From Hell to Heaven

The hands on the clock hanging on the wall next to the kitchen fridge were taking two steps back for every step forward. The ticks and tocks of every second echoed through the hollow cave that had replaced my brain for the night. There’s nothing quite like a whiskey headache to complement working in a hot kitchen. It’s the closest environment to hell I ever wish to experience. A state of increased clumsiness surrounded by hot things. A third-degree burn waiting to happen. I somehow managed to escape with only a minor slice on my middle finger.

The time passed slower still in anticipation of seeing K-OS at The Commodore. The only reason my feet kept me stable on the kitchen’s slippery tile floor was the prospect that my night would be taking a ninety-degree turn for the better in the near future. As it was, my second time seeing Mr. Crabbuckit in the flesh, I knew what to expect: a high-energy set full of musical twists, turns, and a mix of everything including hip hop, pop, rock and funk. The question wasn’t if K-OS could deliver, it was if my pulsing temples could withstand two hours of cranked music.

“Alright, it’s ten, you’re free to go,” said my boss nonchalantly, unaware that he had just lifted a giant whisk-shaped weight off of my shoulders. The next task was to find a way to the venue. My sore bones convinced me to flag down a cab. And with that in mind, and two fingers raised in the air as the door swung open, the bus straight to The Commodore pulled up to the stop as I stepped outside, the melodious hissing sound of the bus’ lowering hydraulics playing songs of relief. It only got better when I remembered the warm twenty dollars in my pocket that went from taxi fare to beer money in an instant. Hair of the dog, right?

Half of K-OS’s Joyful Rebellion later, and I was at the stoop of the venue, and with time to spare too. I bumped into a friend of mine and shared a cigarette. My mood had turned from glum bum to concert hero. Someone had stolen my sad shoes and I didn’t care to find them ever again. Once inside, I ran up the stairs two at a time. The sooner I reached coat check, the sooner I could replace my heavy shoulder bag with a frothy, overpriced beer. Up those stairs was the promise of a fun time. The light at the end of a soapy, hot water-filled tunnel.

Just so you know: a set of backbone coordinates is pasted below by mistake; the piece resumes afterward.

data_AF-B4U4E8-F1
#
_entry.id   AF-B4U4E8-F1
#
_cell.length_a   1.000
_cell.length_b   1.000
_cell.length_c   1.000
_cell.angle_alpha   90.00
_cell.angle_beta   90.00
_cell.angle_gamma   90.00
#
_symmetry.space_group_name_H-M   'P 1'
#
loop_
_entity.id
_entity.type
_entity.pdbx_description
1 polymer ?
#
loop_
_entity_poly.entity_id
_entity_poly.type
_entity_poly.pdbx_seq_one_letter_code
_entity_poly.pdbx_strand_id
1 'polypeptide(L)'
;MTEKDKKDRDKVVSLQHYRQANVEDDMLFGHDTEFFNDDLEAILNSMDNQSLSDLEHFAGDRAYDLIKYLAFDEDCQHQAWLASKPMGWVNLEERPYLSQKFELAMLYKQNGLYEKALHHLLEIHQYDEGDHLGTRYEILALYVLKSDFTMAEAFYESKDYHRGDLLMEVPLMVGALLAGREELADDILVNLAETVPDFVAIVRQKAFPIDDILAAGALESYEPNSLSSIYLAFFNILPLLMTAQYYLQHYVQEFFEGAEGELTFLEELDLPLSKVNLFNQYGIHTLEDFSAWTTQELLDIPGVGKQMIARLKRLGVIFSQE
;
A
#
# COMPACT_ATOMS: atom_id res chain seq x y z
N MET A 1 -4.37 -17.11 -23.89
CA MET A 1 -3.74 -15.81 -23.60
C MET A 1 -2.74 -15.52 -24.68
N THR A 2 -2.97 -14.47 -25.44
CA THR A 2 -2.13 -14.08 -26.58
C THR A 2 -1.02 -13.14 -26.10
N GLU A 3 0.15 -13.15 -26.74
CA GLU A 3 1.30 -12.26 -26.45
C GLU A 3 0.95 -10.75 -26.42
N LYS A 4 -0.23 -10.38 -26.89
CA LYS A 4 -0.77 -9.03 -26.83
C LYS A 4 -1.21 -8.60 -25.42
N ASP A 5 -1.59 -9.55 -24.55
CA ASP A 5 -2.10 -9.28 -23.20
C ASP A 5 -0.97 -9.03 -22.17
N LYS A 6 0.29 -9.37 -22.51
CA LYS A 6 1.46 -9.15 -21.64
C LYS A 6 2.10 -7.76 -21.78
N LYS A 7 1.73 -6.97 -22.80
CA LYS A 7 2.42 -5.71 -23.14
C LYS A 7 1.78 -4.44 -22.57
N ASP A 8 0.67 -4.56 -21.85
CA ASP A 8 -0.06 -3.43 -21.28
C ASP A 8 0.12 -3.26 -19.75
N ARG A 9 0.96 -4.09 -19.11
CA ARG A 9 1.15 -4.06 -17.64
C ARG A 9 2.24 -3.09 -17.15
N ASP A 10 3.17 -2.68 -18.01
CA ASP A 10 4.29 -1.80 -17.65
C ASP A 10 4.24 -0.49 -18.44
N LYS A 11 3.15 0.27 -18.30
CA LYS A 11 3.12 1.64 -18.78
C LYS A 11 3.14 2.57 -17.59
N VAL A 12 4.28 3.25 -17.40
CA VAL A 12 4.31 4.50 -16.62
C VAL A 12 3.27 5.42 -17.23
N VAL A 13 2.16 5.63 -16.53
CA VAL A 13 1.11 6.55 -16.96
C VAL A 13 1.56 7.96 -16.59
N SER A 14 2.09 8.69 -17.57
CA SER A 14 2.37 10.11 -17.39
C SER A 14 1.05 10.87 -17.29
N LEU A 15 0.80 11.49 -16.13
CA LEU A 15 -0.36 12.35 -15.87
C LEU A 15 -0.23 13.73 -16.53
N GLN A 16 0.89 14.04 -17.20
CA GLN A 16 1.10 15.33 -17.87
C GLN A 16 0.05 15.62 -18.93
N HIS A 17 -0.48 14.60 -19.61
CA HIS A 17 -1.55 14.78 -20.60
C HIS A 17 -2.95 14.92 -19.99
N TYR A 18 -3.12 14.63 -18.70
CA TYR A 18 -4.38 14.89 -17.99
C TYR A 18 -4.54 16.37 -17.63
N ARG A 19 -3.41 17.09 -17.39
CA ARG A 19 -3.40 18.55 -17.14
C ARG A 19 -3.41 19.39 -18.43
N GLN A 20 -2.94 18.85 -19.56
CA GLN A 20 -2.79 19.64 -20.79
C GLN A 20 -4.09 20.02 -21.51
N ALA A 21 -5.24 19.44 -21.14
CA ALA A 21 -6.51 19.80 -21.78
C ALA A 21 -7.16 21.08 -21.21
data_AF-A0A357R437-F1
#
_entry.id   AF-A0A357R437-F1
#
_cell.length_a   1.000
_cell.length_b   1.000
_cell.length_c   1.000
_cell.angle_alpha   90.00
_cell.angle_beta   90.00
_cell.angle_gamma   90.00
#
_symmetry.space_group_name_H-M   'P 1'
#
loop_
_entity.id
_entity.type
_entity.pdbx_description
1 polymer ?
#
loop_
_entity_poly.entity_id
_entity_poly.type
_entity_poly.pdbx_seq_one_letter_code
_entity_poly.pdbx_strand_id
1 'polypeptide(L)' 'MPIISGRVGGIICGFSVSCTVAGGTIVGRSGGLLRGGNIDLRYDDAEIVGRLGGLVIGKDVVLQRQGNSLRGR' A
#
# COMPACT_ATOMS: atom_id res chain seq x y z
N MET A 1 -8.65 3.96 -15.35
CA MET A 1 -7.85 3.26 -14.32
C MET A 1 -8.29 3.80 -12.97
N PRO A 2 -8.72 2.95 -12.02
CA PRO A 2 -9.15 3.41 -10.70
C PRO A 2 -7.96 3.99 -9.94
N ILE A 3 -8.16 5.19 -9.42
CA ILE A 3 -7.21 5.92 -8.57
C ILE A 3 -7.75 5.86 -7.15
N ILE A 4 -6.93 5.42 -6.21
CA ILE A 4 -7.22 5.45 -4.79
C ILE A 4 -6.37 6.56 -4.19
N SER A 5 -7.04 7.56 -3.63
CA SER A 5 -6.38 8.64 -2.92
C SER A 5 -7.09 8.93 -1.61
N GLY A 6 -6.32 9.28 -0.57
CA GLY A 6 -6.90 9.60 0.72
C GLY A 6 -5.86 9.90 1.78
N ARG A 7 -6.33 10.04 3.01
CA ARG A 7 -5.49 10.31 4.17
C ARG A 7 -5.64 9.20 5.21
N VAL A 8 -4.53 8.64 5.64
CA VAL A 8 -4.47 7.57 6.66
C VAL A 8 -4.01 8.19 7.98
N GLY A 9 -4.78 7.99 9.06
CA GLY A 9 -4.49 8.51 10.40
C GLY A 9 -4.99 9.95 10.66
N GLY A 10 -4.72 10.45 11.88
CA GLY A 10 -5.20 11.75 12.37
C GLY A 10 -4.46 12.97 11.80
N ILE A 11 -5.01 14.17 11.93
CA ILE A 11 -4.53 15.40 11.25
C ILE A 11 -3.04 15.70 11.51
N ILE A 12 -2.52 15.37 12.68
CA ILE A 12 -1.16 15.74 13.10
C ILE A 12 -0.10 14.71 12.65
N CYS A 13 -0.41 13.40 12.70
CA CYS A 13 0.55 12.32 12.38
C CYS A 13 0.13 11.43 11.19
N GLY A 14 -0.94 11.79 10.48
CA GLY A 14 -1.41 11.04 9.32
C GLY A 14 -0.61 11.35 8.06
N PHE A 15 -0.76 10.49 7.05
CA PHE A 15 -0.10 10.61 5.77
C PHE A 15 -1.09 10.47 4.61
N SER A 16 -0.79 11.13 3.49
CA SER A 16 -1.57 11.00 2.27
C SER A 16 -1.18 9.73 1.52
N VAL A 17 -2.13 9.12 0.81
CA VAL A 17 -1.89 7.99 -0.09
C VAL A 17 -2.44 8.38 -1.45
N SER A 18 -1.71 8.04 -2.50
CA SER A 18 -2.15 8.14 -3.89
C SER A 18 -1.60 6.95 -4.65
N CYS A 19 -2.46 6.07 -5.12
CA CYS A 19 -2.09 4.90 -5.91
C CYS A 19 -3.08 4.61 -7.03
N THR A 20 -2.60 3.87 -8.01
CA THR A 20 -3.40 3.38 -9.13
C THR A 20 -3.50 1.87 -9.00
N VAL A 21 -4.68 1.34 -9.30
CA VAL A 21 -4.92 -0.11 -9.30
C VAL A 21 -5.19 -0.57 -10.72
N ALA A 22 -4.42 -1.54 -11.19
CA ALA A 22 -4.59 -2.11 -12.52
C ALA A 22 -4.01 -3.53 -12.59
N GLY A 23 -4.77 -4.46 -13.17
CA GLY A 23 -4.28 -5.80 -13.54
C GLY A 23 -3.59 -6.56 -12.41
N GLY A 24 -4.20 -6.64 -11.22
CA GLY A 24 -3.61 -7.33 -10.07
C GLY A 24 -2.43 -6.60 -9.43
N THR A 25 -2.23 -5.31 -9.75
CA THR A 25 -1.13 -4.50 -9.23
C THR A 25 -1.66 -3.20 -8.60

I bumped into a stray drunk girl in the men’s bathroom and a bartender on my way to the dance floor. With a beer clenched in my fist and foam dripping beading down my lips, I placed myself in the centre of the mass. To keep the crowd groovy, some mellow reggae played through the speakers. Every so often the music would stop and the crowd began to cheer, assuming K-OS would be appearing at any second.

The layout found a synth on the right balanced by guitar on the left. Raised turntables were between two percussion sections in the background. K-OS in the middle of it all. The DJ scratched old school wax to a crowd ready to crescendo. “Hey Vancouver. It’s 4/20” said a hidden voice. The crowd exploded as K-OS appeared from the right. My hangover melted into groovy dance moves. Shoulder bops and white-guy finger scoops. A break-dancing genius accompanied the band on stage to hype up the crowd with his impressive stalls and spins. He would come out a few more times throughout the set. Each time resulting in an eruption of cheers and louder dancing.

As for the set list, K-OS played songs off his new album, BLack on BLonde, sporting an electric guitar for the rock portion of the show. He prefaced “Dog Is Mine” by telling everyone he wrote it soon after realizing that “my ex had all of my shit”. An angst-ridden tune with hard vocals. An interesting change of pace for a self-proclaimed rapper. The set was just as I expected – chaotic (no pun intended). He played the recognizable “Man I Used To Be”, “Crabbuckit”, and “Sunday Morning”. People forget that K-OS is a great singer. He proved that with a haunting rendition of “Heaven Only Knows” over his guitar player picking “Stairway to Heaven”.  “A$AP Rocky won’t do that shit. Drake won’t do that shit.” Every so often he would use a classic rock song to segue into one of his own. Building up the energy with the beginnings of “Space Oddity”, and “Another Brick in The Wall Pt. 2”. The set had elements of pop, funk, jazz, hip hop, and plain and simple rock. There were beats fast and slow, tight and loose, that made you want to break down and dance your heart out. All in all, a fantastic live performance.

The quality that makes K-OS stand out is his versatility as a musician. Not many people can switch up genres like a new outfit, but he seems to be able to pull it off time and time again. My feet were sore from all the dancing and it didn’t matter. I yearned for some more freestyle, acoustic guitar, and DJ scratches when the night was over. My hangover was gone and I was sad to leave the show. Thank you, K-OS. You cured my headache.

Thomas Creery

Thomas Creery

I strive for strange, roll in weird, and study the eccentric. Keep on asking questions and you’re bound to find an answer; even though, it may not be the right one...for now. Favorite directors include: David Lynch, P.T. Anderson, and Quentin Tarantino.